Auto hub or not, axle joints are one of the prime suspects. The other
possibility is ball joints but axle joints are far more common.
As for your assessment of the danger.... this is an extremely dangerous
condition. These things can sieze tight enough that you could become
involved in a manouever that you cannot recover from.
Anything that affects the stability of our vehicles should be addressed at
once... to neglect these types of concerns is irresponsible... if we wont
think of others, we should at least think of our loved ones.
It just stopped doing it today on my 1980 Bronco. I have to physically
return the wheel to center after turning, else it will hold the turn.
Two Qs guys?
1. What is it?
2. Does it NEED to be replaced, IOW, is it dangerous (I doubt it, but....)
I goggled this and saw an F-150 with outer u-joints as suspect, but his hubs
Brad, it's been so long since I've worked on the twin I-beam set-ups I can't
really remember - but the kids truck needs the front end gone through before
The really bad part about these is once a tech gets into them, there are so
many things to consider and they can all drive the costs up. Questions
you'll need to ask yourself... do you do only the affected side and wait for
the other side to go? Do you do both sides? Repack the front wheel bearings
while in there? How about the brakes - are they getting close? Would the
rotors need machining or replacing? The spindle bearings can take quite a
beating... should we replace them or hope that cleaning and repacking will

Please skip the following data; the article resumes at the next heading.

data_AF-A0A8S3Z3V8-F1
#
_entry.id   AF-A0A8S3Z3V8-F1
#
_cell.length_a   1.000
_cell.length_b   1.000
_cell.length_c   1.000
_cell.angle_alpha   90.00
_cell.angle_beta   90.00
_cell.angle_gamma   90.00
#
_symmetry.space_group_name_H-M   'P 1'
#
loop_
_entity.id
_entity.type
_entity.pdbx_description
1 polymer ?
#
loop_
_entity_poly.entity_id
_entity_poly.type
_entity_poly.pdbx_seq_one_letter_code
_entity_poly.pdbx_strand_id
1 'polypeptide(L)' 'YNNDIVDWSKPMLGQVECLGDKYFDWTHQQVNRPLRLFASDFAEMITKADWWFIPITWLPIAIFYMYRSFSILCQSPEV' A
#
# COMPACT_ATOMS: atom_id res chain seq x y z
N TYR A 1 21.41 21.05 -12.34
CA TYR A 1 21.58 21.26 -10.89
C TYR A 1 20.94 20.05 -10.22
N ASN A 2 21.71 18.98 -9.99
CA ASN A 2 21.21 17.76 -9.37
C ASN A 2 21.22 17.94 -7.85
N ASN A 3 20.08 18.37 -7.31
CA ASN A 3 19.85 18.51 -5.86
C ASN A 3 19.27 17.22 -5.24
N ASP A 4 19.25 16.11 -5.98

be good? The center joint (on the right side of the diff.) likes to sieze
and is impossible to diagnose until you get there....it's possible to change
this joint without removing the diff. but it takes a certain amount of
finesse to do it in car without breaking stuff. Has mother nature been kind
to the front end or is it going to be a rusty nightmare? Are the ball joints
Given that the truck is 25 years old and I'm not sure if it's your pride and
joy or if it's a huntin' truck beater, may colour your decision.... I can
only suggest taking it to a shop that is familiar with 4X4s and getting a
written estimate.... you might even want it priced out both ways....simple
fix and worst case scenario...
Cost-wise, labour rates vary across Canada way too much to accurately give
dollar signs....I'd expect 2 or 3 hours to do one joint... 6 hours or so for
the full meal deal.
Sorry I can't be any more help than that....
Wow. Thanks Jim. 6 hours is $600. But, you know, the truck might be 25 years
old, but she still looks good and runs good, and I need her. My other car is
a '93 5.0 and as you know, they are scary in the rain and are down right
deadly in the snow - but sooo much fun in the summer, I could never sell
The steering is ironically a little better today, but I'm sure it'll go back
to scary again. So I guess the thing to do is bit the bullet and do
everything while under there. Not my first choice - yes I am typically a fix
it WHEN broken guy - but I understand these 4WDs are pretty brutal to work
on. Hell, I might just throw a 6" lift in there and some 35s at the time.
Why not? hahaha!
Thanks again Jim, you're always a great source of info in this group.
Must note here that a kingpin based steering/suspension that wont return
isnt as dangerous as one that uses BALL JOINTS... on those it's a sign of
imminent failure which will result in the car falling on its nose and a
front wheel flopping around.
Not something you want to happen on a freeway.
Be advised they squeal when turning the steering wheel PRIOR to this.
Yeh, I'm a Krusty old Geezer, staving off dementia here..DEAL with it!
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